Alicia Keys: Has her music gotten boring?
What happened to Alicia Keys?
The sultry singer-songwriter that emerged, still in her late teens, a decade ago seemed to ooze confidence. Despite her youth and rawness, she seemed to be the new millennium equivalent of a Carole King or Roberta Flack. Her mega-hit debut single “Fallin’” was inescapable and pulsed with a sincere longing that caused fans to wonder aloud if she was older than she seemed. Her first two albums, Songs In A Minor and The Diary of Alicia Keys were monster sellers. Though initially viewed by some as part of the neo-soul vanguard that was at its peak in the early 2000s, it soon became obvious that Keys was something else entirely; a sophisticated urban contemporary songstress capable of straddling genres and crossing audiences and generations.
And then, something strange happened…
Somewhere in the four-year gap between Diary… and her third album As I Am, Alicia developed a penchant for sappy melodrama and overcooked “anthems” that lacked heart and inspiration. Some of that can be credited to her partnering with songwriter Linda Perry—who is known for both melodrama and corny platitudes. Some of that could just be Keys’ growth as a woman. But she seems to have regressed as an artist.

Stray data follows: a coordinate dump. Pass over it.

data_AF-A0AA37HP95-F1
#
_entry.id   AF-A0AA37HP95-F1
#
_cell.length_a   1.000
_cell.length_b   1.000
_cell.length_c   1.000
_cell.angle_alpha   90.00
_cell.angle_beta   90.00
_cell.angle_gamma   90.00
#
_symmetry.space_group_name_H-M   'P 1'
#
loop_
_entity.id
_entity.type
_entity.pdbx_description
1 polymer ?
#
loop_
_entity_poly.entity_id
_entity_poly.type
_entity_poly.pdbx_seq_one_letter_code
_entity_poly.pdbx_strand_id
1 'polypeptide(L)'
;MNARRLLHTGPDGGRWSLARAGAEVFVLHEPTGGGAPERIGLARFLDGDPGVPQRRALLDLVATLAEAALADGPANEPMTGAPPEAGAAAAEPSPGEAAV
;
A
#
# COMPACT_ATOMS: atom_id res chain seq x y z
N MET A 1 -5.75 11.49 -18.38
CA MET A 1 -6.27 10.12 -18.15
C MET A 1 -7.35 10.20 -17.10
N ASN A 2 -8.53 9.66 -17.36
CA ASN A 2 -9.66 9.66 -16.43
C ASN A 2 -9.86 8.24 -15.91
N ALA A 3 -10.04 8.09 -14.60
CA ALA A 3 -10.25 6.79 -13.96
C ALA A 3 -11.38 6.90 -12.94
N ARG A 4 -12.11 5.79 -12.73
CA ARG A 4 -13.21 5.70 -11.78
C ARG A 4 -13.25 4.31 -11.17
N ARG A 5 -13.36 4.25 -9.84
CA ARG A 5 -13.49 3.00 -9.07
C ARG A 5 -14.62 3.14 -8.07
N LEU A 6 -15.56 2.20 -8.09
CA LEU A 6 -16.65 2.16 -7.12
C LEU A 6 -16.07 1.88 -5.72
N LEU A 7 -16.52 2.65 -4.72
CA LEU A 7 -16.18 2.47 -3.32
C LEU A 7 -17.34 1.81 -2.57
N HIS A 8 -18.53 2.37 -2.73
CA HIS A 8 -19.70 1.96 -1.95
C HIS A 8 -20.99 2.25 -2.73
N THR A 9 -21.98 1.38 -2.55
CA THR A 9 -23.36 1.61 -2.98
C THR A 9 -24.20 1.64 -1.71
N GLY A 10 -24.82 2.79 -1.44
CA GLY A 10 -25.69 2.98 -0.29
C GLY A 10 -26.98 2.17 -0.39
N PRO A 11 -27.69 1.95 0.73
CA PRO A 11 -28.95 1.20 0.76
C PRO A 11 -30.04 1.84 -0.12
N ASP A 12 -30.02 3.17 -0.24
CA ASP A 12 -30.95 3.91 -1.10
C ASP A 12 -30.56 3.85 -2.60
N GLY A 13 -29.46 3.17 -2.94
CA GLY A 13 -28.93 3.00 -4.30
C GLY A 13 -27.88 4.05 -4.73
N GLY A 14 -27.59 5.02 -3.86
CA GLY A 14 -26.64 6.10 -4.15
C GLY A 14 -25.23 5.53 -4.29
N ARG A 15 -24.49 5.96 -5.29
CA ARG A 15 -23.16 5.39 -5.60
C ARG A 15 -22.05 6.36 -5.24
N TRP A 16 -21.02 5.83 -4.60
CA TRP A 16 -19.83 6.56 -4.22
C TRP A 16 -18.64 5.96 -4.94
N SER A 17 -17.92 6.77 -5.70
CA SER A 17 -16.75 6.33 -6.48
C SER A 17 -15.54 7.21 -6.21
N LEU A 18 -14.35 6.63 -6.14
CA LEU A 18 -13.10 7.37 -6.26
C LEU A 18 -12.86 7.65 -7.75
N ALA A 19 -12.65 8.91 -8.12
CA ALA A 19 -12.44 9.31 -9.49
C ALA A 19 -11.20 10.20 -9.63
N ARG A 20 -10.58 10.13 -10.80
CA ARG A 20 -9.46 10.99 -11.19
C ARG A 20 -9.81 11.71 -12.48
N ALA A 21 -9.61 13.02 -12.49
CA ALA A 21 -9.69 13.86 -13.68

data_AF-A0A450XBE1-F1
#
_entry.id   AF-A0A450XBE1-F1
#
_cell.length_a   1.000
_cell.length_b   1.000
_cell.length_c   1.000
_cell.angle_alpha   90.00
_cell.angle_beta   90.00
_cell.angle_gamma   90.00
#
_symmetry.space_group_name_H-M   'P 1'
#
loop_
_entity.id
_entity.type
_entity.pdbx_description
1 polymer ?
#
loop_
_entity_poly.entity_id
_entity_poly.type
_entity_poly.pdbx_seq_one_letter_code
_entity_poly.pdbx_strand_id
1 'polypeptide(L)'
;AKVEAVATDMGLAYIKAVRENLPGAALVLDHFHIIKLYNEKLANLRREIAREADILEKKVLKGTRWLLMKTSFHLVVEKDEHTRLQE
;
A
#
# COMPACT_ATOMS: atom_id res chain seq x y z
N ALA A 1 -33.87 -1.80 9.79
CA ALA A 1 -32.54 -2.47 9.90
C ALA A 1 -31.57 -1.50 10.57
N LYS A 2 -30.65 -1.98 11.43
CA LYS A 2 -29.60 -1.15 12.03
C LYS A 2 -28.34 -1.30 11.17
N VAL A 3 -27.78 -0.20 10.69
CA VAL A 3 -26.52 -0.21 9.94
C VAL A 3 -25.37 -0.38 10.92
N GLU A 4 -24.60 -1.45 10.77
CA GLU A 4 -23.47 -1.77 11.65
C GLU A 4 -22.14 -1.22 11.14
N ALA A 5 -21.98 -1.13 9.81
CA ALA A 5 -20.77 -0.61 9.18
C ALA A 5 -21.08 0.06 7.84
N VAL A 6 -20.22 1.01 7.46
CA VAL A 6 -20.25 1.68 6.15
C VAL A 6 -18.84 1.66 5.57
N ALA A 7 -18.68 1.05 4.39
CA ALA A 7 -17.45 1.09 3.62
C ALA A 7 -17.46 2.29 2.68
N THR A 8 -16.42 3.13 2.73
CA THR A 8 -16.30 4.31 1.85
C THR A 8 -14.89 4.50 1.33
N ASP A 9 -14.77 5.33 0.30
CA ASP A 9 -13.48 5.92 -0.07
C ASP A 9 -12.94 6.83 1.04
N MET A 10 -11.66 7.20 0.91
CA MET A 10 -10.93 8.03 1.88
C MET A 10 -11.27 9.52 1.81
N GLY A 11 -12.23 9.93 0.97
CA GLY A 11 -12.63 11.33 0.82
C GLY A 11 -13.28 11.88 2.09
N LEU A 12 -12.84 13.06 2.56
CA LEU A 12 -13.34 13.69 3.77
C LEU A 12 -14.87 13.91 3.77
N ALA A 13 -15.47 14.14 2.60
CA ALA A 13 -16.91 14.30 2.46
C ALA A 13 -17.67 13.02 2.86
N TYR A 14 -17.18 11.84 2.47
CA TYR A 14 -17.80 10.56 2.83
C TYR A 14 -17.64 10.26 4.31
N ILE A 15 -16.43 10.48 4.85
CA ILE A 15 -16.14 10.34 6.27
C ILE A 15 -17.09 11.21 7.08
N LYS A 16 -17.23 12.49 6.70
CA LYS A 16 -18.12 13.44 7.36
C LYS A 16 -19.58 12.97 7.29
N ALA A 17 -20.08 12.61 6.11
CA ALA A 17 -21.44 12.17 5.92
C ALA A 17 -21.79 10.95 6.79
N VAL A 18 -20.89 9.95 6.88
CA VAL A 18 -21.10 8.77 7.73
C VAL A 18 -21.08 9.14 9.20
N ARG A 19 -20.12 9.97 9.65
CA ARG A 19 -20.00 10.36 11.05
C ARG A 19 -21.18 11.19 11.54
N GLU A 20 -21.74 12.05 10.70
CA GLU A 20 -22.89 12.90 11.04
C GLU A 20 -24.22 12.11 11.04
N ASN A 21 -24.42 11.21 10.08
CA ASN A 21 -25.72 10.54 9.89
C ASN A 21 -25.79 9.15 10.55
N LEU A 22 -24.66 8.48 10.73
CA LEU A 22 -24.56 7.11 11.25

Her latest album, Girl On Fire, is buoyed by the hit single of the same name. She now releases the kinds of songs that seem more suited for arena pop stars like Beyonce or Kelly Clarkston—gone is the sultry sophistication of her early years, replaced with this sense of female empowerment that seems hollow and forced. She cranks out songs with nonsensical lyrics that sound like parodies of self-help pamphlets and would fit better as the theme songs to Lifetime movies.
Nonetheless, she’s still very, very popular. And she seems the happiest she’s ever been in her life. After all, you can’t expect a wife and mother in her thirties to sound like she did as an 18-year old. But one has to wonder if she’ll ever get back to what she did best.
And leave the “she-ro” anthems to Beyonce.
- stereo williams